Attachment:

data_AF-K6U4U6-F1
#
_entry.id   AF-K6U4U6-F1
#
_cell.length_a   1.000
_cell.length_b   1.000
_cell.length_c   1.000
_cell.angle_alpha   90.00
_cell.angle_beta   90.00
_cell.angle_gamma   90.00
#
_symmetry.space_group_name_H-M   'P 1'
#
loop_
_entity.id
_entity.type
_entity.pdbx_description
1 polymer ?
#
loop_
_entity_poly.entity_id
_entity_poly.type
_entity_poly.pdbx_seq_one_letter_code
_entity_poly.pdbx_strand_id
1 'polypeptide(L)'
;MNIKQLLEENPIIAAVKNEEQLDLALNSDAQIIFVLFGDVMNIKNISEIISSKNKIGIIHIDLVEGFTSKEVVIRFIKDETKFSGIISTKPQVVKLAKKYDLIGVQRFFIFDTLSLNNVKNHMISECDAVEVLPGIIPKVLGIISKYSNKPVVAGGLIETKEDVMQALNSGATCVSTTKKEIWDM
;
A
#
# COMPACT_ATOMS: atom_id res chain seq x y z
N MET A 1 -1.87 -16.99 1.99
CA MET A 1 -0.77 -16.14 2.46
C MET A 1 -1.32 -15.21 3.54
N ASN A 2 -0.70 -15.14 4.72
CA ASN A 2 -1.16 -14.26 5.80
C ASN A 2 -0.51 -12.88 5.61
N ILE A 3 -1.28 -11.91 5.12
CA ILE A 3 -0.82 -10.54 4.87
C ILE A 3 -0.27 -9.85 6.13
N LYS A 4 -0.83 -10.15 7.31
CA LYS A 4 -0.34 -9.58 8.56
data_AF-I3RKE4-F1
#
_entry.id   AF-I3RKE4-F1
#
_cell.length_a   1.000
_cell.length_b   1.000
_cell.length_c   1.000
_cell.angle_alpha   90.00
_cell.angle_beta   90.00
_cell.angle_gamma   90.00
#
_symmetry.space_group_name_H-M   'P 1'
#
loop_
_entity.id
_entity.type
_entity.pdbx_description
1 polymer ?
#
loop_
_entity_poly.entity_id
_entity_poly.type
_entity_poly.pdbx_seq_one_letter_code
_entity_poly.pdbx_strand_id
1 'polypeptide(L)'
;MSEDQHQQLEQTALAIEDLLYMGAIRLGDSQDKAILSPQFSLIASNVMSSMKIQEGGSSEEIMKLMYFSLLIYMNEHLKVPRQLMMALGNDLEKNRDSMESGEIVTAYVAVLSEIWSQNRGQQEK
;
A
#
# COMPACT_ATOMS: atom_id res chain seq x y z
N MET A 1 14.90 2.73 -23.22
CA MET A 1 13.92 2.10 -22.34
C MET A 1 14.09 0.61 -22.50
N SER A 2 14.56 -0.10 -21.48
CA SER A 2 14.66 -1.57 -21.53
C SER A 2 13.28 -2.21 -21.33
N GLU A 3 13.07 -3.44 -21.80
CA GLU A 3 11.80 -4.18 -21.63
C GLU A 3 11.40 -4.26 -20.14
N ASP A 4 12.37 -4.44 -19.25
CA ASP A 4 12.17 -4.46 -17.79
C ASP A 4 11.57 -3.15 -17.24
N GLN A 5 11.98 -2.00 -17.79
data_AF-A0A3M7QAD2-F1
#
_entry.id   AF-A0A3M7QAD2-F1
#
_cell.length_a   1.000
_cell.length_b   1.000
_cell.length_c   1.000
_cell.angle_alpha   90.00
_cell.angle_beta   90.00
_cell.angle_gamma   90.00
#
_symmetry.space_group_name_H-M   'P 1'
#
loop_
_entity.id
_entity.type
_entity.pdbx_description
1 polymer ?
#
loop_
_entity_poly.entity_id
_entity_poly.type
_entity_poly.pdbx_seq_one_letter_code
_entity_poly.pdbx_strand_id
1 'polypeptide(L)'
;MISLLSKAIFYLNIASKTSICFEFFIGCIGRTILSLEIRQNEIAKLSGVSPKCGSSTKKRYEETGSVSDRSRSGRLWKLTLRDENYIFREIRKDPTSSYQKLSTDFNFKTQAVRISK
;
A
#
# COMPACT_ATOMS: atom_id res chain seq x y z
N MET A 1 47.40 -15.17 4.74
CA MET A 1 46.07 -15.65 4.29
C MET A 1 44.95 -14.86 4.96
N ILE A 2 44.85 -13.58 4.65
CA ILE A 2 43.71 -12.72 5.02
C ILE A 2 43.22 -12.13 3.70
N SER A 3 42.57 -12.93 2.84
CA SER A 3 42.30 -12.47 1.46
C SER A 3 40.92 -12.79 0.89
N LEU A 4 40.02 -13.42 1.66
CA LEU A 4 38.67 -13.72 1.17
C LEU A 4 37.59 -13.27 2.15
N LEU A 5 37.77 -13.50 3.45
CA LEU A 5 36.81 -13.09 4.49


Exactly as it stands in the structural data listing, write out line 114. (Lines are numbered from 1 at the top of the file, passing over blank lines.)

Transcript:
# COMPACT_ATOMS: atom_id res chain seq x y z